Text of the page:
The Dual Irony of Windows 8

I’ve been writing about the upcoming Microsoft Surface, and studying the keynote presentation describing it. It has struck me that with Windows 8, Microsoft has managed to screw up not once but twice, in a single release:

  • Windows 8 RT looks like a pretty good tablet solution. But, apart from the highly misleading name, it offers absolutely no continuity whatsoever with the 30-year-old Windows ecosystem.
  • Meanwhile, Windows 8 Pro breaks violently with that same 30-year tradition. Yet it fails to deliver a touch-based solution for existing Windows applications, with not even a token effort at making the desktop mode more finger-friendly.

This really is the worst of both worlds. Microsoft has belatedly launched a brand-new mobile OS, that’s going to have to catch up in stability and app support with two huge contenders, iOS and Android. (Even the BlackBerry OS has more of a track record at this point.) Yet it’s squandered its one undeniable advantage, by not playing off of the huge success of Windows on the PC. As Microsoft has pointed out, the potential audience for a truly Windows-like mobile OS was on the order of a half-billion users. The audience for brand-new MetrOS, dramatically less Windows-like than any of its competitors? Who knows.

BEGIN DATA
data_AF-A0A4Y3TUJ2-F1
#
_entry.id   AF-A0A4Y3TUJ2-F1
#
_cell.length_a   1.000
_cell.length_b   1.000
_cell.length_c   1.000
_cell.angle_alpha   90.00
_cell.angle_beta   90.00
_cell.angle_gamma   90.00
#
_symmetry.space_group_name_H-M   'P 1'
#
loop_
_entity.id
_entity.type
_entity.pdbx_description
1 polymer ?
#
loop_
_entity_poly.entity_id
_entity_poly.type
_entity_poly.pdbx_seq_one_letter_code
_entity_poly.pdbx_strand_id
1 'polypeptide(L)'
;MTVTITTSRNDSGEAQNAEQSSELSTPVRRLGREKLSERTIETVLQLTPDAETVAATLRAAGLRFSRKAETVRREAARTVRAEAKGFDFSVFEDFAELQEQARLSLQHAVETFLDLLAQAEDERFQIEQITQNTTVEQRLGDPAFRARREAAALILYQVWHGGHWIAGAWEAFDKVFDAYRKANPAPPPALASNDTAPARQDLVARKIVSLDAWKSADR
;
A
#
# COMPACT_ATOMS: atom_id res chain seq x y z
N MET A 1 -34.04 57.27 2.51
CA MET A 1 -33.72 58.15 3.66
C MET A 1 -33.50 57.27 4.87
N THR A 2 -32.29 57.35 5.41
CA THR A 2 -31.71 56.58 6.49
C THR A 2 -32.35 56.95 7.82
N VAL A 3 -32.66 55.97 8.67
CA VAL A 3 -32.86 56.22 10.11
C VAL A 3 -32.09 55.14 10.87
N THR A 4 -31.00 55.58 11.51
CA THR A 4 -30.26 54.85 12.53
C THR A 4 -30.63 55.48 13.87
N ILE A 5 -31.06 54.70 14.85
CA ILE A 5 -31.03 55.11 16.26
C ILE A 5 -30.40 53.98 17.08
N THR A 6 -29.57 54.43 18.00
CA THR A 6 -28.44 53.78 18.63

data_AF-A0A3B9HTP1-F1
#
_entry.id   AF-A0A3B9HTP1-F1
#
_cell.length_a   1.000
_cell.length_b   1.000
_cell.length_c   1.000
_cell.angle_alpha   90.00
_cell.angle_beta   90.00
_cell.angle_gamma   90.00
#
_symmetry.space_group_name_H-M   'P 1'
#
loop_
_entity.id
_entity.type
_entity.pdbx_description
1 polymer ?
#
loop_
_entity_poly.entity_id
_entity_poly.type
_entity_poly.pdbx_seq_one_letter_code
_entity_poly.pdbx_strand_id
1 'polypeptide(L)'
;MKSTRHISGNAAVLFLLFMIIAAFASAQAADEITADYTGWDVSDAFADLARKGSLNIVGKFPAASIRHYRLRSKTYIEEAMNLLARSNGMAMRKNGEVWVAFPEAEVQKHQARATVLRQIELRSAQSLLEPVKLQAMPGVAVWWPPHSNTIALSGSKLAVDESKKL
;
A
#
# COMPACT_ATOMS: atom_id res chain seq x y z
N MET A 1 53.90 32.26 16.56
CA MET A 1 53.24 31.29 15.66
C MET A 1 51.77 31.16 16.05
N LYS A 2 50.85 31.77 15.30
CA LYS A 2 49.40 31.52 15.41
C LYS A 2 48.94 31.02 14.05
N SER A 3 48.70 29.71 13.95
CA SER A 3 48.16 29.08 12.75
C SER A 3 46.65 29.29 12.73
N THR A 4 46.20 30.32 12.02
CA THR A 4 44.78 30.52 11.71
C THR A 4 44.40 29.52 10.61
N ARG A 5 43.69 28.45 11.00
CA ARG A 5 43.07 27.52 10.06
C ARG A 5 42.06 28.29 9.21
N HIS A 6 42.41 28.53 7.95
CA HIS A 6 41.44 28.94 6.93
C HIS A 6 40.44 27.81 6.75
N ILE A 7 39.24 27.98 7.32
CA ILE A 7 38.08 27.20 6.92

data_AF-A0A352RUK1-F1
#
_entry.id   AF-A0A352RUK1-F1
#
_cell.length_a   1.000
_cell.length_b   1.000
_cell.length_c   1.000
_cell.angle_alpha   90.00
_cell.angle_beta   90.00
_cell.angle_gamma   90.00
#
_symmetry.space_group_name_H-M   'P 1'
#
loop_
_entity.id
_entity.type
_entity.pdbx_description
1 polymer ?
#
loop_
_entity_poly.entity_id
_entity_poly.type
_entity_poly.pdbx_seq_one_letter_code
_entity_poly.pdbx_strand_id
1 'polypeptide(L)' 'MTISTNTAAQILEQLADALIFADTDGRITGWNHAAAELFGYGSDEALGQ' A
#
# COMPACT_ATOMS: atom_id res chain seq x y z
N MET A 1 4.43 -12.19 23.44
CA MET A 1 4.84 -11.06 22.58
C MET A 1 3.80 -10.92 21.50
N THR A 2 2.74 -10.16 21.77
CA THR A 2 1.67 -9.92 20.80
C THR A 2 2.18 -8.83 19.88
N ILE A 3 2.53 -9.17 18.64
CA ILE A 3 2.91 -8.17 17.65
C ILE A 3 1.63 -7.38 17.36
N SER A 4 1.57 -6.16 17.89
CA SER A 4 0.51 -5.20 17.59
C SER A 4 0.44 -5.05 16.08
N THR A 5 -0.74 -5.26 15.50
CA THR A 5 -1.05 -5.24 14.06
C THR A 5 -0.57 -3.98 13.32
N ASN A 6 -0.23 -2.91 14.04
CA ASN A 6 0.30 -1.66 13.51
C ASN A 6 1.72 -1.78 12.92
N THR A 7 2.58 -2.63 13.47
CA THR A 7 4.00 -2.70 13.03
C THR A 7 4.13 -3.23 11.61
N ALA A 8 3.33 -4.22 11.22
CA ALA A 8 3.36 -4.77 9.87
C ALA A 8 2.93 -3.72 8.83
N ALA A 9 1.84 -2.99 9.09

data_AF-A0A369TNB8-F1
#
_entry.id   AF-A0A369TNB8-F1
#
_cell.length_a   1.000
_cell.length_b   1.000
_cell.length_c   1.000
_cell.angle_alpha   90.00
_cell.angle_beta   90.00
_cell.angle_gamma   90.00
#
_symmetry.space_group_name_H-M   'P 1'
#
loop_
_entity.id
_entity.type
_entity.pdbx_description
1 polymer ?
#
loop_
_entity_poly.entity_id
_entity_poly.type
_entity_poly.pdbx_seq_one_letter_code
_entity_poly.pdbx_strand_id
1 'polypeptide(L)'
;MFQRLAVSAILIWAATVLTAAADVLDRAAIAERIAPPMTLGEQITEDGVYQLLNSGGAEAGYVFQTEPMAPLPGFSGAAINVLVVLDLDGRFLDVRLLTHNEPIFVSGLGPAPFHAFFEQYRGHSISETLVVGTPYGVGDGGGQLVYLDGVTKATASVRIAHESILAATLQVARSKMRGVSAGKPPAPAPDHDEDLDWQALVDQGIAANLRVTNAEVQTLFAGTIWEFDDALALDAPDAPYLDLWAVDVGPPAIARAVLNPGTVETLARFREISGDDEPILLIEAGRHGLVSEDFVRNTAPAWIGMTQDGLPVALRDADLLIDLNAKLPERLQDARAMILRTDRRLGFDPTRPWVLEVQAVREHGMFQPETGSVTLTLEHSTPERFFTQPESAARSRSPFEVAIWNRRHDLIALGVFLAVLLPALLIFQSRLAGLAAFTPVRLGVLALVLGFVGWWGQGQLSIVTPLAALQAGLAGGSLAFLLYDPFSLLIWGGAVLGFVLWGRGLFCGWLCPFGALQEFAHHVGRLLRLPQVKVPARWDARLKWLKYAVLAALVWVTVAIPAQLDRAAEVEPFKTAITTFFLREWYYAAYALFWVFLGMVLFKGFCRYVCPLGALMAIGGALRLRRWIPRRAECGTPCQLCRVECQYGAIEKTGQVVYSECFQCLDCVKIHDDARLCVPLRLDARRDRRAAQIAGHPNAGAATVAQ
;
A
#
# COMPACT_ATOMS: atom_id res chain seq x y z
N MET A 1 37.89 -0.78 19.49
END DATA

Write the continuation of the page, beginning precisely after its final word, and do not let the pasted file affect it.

At the same time, Microsoft has launched a new desktop OS without adding much-needed touch support. Windows 8 slaps on the goofy new Metro mode like a coat of paint… but, astoundingly, offers no improvement whatsoever in touch facilities for existing applications. Simply enlarging the red X ‘close window’ button might have been a start; how hard would that have been??? Microsoft has done so pathetically little to make the desktop more usable by touch that you simply can’t help thinking the company plans to kill it entirely. Thereby discarding its own most important asset: the continuity of applications, skills and user acceptance that Windows has built up over three decades. Microsoft has ensured that Windows users looking for a touch-based solution will find more continuity by switching to a competing OS.

Nice work. It’s not all that rare to see a big company shoot itself in the foot. But both feet with one pull of the trigger? That takes real genius.

About fung0

Long-time tech journalist. Contributor to numerous periodicals, online sites and TV productions in the US and Canada. Author of several books on computing topics. Graduate mechanical engineer (Queen's U).

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